The Final Phase

to all who looked

could bear to look

he was diminished

a skeleton of man

the faintest stamp

 

a vague tattoo upon

earth’s crusty dermis

his ink near finished

vibrant shades now

faded by his hands

 

a pencil etch-a-sketch

self-erasing shaken with

each dram and draw he took

a tracing watercoloured

in a wornout painting book

 

a disappearing frame on which

the cloth of life was worn

to disassembled threads

eliminating, obsoleting

even with each breath, he dreads

the final phase, the loss of vocal chords, the emptiness, the void of words – the stoking fear as death draws near, the absent smile, an unchecked tear – the fatal blow that takes him from those loved, those lost – the furtive reek encroaching, the avalanche, the bitter cost – the vapour misting, the misfiring heart, the solemnities, those torn apart – the shitting and the palour, the wasted times – the pungent puke of silence, he could taste the signs – his shell, it crumples, crumbles, vanishes and then – his one enduring, fleeting, ever-breathing thought that he should live, and live again – denying not his errors nor his sins long past – he sits, transfigured, mute, disfigured, and awaits his last-

behind the neutral mask

the fading screen

the maybe thoughts

of one still barely living yet

the might have beens

the deep regrets

desire to delay

the realisation

he cannot stay

a dying friend

and his careworn wife

the thoughts of death

the longing for life

no substitute

no greater bond

he sits and waits

for the not-so-great beyond

no consolation

in the years he had

too soon departing

husband, dad, grandad

a face resigned

while his heart’s aflame

no, no consolation

and I, I cannot him blame

for in the journey

we will never know

the choices taken

nor our time to go

Advertisements

27 thoughts on “The Final Phase”

      1. It must be a cruel place to realise that ‘this is it’, not be able to fight as we feel our bodies grow weaker and lose that will to stay. And the fear of that ‘unknown’ momus.
        Thankfully I have been shown the journey ( ‘The Death’ up on the menu bar), and the thoughts immediately after it, and my fears have been allayed as to that realisation and its purpose. It calmed me within to see what it meant to me in that understanding.
        But to not have that understanding must be a fearful thing, for them and others around them.
        I think it is from the fact that we never speak of it, that is why spirit showed me that journey above so that others may read and find a peace in that journey.

        Like

      2. I think fear is the great debilitator, Mark, and fear of the unknown must be right up there at the top. It would also explain so many other aspects of human behaviour, including the search for ‘something else’. Perhaps those with faith or the experience you describe are more prepared to let go. You’re lucky and blessed to have been given an insight.

        Liked by 1 person

      3. It was a blessing…like no other…and I really mean that Anne Marie. Of all the things I have been shown THAT really showed me that fear that I think we all have, of ‘not knowing’ what is there after we die.
        The profound relief to ‘see’ something of this magnitude was so opening to my life, I let go this ‘thing’ that was always at the back of my mind…that some day I would need to face, but studiously looked the other way…in that fear.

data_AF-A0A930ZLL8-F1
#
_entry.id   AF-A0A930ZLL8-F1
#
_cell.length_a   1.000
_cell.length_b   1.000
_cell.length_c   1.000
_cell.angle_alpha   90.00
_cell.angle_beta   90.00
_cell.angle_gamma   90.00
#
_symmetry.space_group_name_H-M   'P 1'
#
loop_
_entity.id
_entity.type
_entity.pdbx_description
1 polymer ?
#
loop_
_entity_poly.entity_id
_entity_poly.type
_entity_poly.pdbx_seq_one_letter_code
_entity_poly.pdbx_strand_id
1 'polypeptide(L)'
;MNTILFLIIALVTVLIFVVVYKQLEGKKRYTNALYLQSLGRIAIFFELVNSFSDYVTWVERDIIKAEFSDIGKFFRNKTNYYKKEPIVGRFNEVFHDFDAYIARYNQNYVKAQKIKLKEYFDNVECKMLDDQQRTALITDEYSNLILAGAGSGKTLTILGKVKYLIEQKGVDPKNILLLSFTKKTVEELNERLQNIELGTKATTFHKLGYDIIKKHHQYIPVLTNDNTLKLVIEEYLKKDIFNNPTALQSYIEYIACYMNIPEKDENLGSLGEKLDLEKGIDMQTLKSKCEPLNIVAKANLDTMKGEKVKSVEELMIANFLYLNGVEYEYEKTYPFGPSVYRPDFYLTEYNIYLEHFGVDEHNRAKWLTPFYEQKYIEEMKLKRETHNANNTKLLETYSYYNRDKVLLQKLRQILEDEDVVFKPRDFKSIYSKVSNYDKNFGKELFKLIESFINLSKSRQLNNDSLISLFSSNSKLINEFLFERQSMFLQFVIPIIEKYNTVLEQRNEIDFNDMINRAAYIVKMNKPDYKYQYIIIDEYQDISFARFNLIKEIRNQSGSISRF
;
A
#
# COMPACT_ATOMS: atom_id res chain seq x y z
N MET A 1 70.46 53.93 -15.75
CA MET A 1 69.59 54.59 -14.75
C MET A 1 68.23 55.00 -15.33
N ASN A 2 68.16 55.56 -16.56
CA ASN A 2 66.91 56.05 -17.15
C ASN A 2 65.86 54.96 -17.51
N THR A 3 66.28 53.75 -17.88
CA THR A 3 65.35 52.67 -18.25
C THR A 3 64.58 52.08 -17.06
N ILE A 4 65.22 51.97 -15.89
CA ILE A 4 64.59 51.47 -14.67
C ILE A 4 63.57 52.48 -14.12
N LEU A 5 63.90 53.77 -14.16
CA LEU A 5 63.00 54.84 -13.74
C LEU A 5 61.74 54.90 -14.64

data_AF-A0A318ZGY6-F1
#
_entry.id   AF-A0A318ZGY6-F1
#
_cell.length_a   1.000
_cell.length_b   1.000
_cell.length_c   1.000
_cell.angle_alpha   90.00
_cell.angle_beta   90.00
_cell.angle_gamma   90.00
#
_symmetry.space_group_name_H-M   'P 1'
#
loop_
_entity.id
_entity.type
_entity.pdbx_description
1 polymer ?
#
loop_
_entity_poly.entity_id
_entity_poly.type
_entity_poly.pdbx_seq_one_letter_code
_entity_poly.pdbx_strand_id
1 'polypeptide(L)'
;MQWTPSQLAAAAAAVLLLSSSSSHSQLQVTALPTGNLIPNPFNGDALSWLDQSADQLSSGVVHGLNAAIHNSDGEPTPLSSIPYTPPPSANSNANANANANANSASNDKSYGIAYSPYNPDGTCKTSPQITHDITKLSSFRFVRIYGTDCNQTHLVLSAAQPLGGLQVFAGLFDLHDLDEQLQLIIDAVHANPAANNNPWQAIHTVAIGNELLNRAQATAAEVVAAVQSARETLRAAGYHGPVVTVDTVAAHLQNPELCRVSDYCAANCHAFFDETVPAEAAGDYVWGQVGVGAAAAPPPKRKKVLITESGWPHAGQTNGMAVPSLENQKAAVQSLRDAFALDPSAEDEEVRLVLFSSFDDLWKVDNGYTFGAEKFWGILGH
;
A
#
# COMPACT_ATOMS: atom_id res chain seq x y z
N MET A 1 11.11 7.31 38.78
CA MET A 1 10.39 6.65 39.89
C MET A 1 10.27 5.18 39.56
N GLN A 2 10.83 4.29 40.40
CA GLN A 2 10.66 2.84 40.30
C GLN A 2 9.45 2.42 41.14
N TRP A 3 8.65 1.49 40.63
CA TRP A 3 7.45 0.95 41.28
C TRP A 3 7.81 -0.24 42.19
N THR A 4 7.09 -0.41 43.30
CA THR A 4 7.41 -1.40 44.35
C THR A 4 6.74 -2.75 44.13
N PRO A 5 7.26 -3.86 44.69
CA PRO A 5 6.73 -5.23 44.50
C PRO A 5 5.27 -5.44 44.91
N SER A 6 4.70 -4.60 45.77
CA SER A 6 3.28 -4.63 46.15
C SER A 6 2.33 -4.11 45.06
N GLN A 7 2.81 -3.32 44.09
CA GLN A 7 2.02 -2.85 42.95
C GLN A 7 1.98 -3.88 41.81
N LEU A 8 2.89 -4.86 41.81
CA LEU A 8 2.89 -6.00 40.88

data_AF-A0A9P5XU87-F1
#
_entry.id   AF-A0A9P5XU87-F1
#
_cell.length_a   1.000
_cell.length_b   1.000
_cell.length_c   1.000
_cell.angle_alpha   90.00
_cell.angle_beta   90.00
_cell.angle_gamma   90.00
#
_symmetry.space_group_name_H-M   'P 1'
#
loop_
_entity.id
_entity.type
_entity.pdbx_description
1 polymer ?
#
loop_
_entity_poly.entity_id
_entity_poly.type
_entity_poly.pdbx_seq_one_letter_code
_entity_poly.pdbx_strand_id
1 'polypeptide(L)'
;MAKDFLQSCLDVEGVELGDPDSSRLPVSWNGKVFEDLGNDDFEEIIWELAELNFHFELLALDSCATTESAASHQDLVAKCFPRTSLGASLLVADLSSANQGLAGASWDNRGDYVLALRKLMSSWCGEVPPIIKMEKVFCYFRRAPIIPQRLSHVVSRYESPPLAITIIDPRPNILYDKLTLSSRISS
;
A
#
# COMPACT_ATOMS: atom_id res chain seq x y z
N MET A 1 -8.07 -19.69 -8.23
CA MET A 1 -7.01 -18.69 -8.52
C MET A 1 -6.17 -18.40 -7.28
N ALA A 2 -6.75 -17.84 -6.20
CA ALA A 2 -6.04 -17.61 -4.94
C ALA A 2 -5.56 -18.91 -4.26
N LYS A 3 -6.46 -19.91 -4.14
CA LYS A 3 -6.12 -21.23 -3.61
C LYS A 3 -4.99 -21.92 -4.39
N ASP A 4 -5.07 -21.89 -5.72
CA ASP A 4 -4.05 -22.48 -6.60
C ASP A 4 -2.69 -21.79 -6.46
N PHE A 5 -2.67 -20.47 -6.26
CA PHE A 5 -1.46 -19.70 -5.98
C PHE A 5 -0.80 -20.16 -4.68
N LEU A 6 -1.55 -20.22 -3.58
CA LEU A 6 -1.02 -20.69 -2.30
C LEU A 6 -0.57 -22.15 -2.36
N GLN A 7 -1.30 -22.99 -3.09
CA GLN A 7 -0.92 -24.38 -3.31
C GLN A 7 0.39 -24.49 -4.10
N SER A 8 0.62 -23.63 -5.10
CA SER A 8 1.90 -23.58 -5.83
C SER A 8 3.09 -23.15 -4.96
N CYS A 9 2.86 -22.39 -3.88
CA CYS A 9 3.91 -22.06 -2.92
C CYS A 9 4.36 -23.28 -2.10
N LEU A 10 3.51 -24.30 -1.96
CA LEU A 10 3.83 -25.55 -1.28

And I have let it all go, simply because of what I now know. It is in understanding anything that we can now see it for what it is, and that power of our fear is released, it is no longer ‘the unknown’.
        That is why spirit asked me to write that post, to remove that unknown and at the least show that there is something very beautiful waiting. Something very profound and still very much a part of who we are.
        And now I will add another part (soon), to show that it has another perspective that can give it more meaning as well.

        Like

    1. I don’t even like to think on it, Derrick, let alone witness it. It’s harsh but probably true for most of us. Who goes willingly, I’ve never known, except those who have resigned in despair. And I’ve known those too.

      Liked by 1 person

    1. I don’t think I’ve ever known anyone who resigns themselves to the idea of not being here. I’ve read there are but never encountered it. We fight to live right till the end I think. This friend, in his early sixties, has his knuckles fixed in the clefts. What must be going through his mind, in the face of an embarrassment of good health around him, I can imagine, having been privvy to the thoughts of my eighty-year old-mum at the end.
      Flex those fists, Paul, it ain’t over till it’s over. Determination has won at least as many battles as strength.x

      Liked by 1 person

      1. I was with both Papa and Mama at their ends – Papa at 87 had been bedridden for more than 50 years with a crippling neuro-muscular disease, and he was elated to finally move on – Mama was 93 and this life left smiling at their imminent reconnection

        Liked by 1 person

  1. Very well expressed and having worked in nursing home for 4 years, along with losing grandparents and Dad, I have seen many stages of death. So glad my Dad had cancer only for 4 months. He and Mom danced on his last day, ate small bites of an anniversary meal and we’re watching basketball and he yelled out for his team. His weakened blood vessel burst and he died in Mom’s arms at home.

    Liked by 1 person

Comments are closed.